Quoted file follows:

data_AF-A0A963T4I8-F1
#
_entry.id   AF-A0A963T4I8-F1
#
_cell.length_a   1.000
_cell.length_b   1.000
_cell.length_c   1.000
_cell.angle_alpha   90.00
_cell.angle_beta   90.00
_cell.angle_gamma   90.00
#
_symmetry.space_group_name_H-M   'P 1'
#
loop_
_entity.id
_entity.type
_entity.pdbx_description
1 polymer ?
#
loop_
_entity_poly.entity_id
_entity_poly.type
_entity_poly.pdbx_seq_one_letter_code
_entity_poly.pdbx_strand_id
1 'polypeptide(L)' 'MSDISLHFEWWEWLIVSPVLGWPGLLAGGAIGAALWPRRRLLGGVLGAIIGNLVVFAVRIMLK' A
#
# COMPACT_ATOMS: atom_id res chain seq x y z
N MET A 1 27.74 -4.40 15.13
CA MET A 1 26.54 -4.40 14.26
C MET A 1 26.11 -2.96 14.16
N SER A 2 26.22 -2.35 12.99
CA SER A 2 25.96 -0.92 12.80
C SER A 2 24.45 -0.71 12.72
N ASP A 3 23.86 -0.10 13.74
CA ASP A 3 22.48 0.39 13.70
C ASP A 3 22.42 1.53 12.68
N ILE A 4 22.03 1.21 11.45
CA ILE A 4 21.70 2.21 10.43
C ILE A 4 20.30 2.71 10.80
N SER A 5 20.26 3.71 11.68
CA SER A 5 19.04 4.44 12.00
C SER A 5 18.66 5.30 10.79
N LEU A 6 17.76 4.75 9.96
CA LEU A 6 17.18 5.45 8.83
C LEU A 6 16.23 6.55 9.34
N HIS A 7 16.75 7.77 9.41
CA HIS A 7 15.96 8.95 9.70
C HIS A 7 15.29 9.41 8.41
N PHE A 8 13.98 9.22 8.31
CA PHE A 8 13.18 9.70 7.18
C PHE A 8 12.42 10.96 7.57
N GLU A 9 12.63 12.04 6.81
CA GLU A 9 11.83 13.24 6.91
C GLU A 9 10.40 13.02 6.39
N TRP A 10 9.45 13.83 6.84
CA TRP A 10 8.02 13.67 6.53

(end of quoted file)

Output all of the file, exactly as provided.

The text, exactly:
data_AF-A0A963T4I8-F1
#
_entry.id   AF-A0A963T4I8-F1
#
_cell.length_a   1.000
_cell.length_b   1.000
_cell.length_c   1.000
_cell.angle_alpha   90.00
_cell.angle_beta   90.00
_cell.angle_gamma   90.00
#
_symmetry.space_group_name_H-M   'P 1'
#
loop_
_entity.id
_entity.type
_entity.pdbx_description
1 polymer ?
#
loop_
_entity_poly.entity_id
_entity_poly.type
_entity_poly.pdbx_seq_one_letter_code
_entity_poly.pdbx_strand_id
1 'polypeptide(L)' 'MSDISLHFEWWEWLIVSPVLGWPGLLAGGAIGAALWPRRRLLGGVLGAIIGNLVVFAVRIMLK' A
#
# COMPACT_ATOMS: atom_id res chain seq x y z
N MET A 1 27.74 -4.40 15.13
CA MET A 1 26.54 -4.40 14.26
C MET A 1 26.11 -2.96 14.16
N SER A 2 26.22 -2.35 12.99
CA SER A 2 25.96 -0.92 12.80
C SER A 2 24.45 -0.71 12.72
N ASP A 3 23.86 -0.10 13.74
CA ASP A 3 22.48 0.39 13.70
C ASP A 3 22.42 1.53 12.68
N ILE A 4 22.03 1.21 11.45
CA ILE A 4 21.70 2.21 10.43
C ILE A 4 20.30 2.71 10.80
N SER A 5 20.26 3.71 11.68
CA SER A 5 19.04 4.44 12.00
C SER A 5 18.66 5.30 10.79
N LEU A 6 17.76 4.75 9.96
CA LEU A 6 17.18 5.45 8.83
C LEU A 6 16.23 6.55 9.34
N HIS A 7 16.75 7.77 9.41
CA HIS A 7 15.96 8.95 9.70
C HIS A 7 15.29 9.41 8.41
N PHE A 8 13.98 9.22 8.31
CA PHE A 8 13.18 9.70 7.18
C PHE A 8 12.42 10.96 7.57
N GLU A 9 12.63 12.04 6.81
CA GLU A 9 11.83 13.24 6.91
C GLU A 9 10.40 13.02 6.39
N TRP A 10 9.45 13.83 6.84
CA TRP A 10 8.02 13.67 6.53